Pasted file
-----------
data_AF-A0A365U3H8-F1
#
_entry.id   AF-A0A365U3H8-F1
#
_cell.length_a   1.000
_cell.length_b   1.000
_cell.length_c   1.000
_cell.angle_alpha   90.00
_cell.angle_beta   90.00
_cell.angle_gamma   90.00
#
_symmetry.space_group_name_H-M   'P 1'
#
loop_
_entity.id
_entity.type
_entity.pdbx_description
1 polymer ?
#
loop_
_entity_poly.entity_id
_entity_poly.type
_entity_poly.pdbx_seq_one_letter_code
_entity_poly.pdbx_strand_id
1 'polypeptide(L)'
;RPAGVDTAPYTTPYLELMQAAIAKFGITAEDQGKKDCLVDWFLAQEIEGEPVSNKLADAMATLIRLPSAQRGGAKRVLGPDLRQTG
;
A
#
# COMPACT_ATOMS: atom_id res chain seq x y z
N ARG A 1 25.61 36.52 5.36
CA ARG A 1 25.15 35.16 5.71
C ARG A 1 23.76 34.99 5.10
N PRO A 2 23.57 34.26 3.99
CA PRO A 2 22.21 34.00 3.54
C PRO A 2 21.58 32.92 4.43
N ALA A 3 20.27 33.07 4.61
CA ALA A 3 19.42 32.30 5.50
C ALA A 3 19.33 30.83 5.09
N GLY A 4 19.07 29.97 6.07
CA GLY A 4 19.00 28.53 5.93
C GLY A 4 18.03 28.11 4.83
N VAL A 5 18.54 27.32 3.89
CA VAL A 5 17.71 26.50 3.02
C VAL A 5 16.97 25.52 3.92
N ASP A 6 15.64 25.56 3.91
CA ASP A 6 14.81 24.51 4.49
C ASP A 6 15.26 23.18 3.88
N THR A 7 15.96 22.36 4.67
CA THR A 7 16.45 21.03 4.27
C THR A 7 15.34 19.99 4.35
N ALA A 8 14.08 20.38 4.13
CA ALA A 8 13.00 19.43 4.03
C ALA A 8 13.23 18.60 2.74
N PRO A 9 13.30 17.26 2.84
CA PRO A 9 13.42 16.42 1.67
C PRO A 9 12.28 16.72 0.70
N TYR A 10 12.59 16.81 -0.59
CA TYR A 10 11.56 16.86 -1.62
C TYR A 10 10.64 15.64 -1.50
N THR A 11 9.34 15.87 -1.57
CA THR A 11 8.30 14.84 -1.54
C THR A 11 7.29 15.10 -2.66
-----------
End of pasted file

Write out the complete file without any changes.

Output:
data_AF-A0A365U3H8-F1
#
_entry.id   AF-A0A365U3H8-F1
#
_cell.length_a   1.000
_cell.length_b   1.000
_cell.length_c   1.000
_cell.angle_alpha   90.00
_cell.angle_beta   90.00
_cell.angle_gamma   90.00
#
_symmetry.space_group_name_H-M   'P 1'
#
loop_
_entity.id
_entity.type
_entity.pdbx_description
1 polymer ?
#
loop_
_entity_poly.entity_id
_entity_poly.type
_entity_poly.pdbx_seq_one_letter_code
_entity_poly.pdbx_strand_id
1 'polypeptide(L)'
;RPAGVDTAPYTTPYLELMQAAIAKFGITAEDQGKKDCLVDWFLAQEIEGEPVSNKLADAMATLIRLPSAQRGGAKRVLGPDLRQTG
;
A
#
# COMPACT_ATOMS: atom_id res chain seq x y z
N ARG A 1 25.61 36.52 5.36
CA ARG A 1 25.15 35.16 5.71
C ARG A 1 23.76 34.99 5.10
N PRO A 2 23.57 34.26 3.99
CA PRO A 2 22.21 34.00 3.54
C PRO A 2 21.58 32.92 4.43
N ALA A 3 20.27 33.07 4.61
CA ALA A 3 19.42 32.30 5.50
C ALA A 3 19.33 30.83 5.09
N GLY A 4 19.07 29.97 6.07
CA GLY A 4 19.00 28.53 5.93
C GLY A 4 18.03 28.11 4.83
N VAL A 5 18.54 27.32 3.89
CA VAL A 5 17.71 26.50 3.02
C VAL A 5 16.97 25.52 3.92
N ASP A 6 15.64 25.56 3.91
CA ASP A 6 14.81 24.51 4.49
C ASP A 6 15.26 23.18 3.88
N THR A 7 15.96 22.36 4.67
CA THR A 7 16.45 21.03 4.27
C THR A 7 15.34 19.99 4.35
N ALA A 8 14.08 20.38 4.13
CA ALA A 8 13.00 19.43 4.03
C ALA A 8 13.23 18.60 2.74
N PRO A 9 13.30 17.26 2.84
CA PRO A 9 13.42 16.42 1.67
C PRO A 9 12.28 16.72 0.70
N TYR A 10 12.59 16.81 -0.59
CA TYR A 10 11.56 16.86 -1.62
C TYR A 10 10.64 15.64 -1.50
N THR A 11 9.34 15.87 -1.57
CA THR A 11 8.30 14.84 -1.54
C THR A 11 7.29 15.10 -2.66